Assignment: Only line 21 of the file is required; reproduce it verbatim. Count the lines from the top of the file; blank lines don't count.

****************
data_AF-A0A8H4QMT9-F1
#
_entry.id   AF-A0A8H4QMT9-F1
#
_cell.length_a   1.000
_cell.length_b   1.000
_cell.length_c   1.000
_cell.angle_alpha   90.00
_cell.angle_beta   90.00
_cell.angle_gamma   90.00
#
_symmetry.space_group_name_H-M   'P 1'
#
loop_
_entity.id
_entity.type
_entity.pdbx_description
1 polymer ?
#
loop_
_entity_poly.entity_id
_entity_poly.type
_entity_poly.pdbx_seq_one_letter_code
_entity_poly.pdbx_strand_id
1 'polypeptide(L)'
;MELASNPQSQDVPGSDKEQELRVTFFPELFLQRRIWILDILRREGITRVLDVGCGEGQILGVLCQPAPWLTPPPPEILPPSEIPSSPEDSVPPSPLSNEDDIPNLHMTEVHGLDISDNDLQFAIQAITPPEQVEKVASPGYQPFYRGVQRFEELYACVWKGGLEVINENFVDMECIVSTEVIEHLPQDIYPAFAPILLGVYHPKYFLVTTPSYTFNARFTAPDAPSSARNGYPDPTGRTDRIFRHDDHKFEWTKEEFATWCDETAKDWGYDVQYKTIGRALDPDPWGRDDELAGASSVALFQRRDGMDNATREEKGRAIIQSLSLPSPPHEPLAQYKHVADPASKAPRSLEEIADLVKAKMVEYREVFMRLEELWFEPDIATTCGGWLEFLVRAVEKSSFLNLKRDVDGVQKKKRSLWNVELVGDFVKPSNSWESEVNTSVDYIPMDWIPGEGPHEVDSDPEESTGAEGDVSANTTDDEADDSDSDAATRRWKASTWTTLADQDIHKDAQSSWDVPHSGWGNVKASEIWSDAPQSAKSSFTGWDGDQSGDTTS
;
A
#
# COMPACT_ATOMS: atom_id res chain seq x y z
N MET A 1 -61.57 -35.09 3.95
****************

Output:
_entity_poly.entity_id